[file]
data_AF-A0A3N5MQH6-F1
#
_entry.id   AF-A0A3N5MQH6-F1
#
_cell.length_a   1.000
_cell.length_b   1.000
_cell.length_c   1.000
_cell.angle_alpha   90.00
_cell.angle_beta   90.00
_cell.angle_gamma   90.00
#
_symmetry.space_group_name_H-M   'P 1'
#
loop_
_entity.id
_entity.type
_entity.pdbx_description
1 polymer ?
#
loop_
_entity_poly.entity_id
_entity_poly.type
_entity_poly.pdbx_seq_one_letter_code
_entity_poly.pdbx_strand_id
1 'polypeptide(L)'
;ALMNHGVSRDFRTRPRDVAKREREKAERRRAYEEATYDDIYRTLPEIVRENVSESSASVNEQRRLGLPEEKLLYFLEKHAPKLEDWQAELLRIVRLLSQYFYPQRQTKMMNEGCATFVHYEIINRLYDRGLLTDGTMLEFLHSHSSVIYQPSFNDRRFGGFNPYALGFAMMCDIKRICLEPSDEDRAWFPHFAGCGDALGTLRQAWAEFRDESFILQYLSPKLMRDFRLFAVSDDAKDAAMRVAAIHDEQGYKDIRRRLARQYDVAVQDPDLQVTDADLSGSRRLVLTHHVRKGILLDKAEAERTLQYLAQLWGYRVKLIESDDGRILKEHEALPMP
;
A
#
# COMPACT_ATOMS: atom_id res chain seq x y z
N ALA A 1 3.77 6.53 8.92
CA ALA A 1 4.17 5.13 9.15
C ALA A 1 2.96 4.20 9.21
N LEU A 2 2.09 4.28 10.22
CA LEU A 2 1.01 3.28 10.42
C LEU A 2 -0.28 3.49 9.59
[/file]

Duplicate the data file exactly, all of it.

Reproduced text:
data_AF-A0A3N5MQH6-F1
#
_entry.id   AF-A0A3N5MQH6-F1
#
_cell.length_a   1.000
_cell.length_b   1.000
_cell.length_c   1.000
_cell.angle_alpha   90.00
_cell.angle_beta   90.00
_cell.angle_gamma   90.00
#
_symmetry.space_group_name_H-M   'P 1'
#
loop_
_entity.id
_entity.type
_entity.pdbx_description
1 polymer ?
#
loop_
_entity_poly.entity_id
_entity_poly.type
_entity_poly.pdbx_seq_one_letter_code
_entity_poly.pdbx_strand_id
1 'polypeptide(L)'
;ALMNHGVSRDFRTRPRDVAKREREKAERRRAYEEATYDDIYRTLPEIVRENVSESSASVNEQRRLGLPEEKLLYFLEKHAPKLEDWQAELLRIVRLLSQYFYPQRQTKMMNEGCATFVHYEIINRLYDRGLLTDGTMLEFLHSHSSVIYQPSFNDRRFGGFNPYALGFAMMCDIKRICLEPSDEDRAWFPHFAGCGDALGTLRQAWAEFRDESFILQYLSPKLMRDFRLFAVSDDAKDAAMRVAAIHDEQGYKDIRRRLARQYDVAVQDPDLQVTDADLSGSRRLVLTHHVRKGILLDKAEAERTLQYLAQLWGYRVKLIESDDGRILKEHEALPMP
;
A
#
# COMPACT_ATOMS: atom_id res chain seq x y z
N ALA A 1 3.77 6.53 8.92
CA ALA A 1 4.17 5.13 9.15
C ALA A 1 2.96 4.20 9.21
N LEU A 2 2.09 4.28 10.22
CA LEU A 2 1.01 3.28 10.42
C LEU A 2 -0.28 3.49 9.59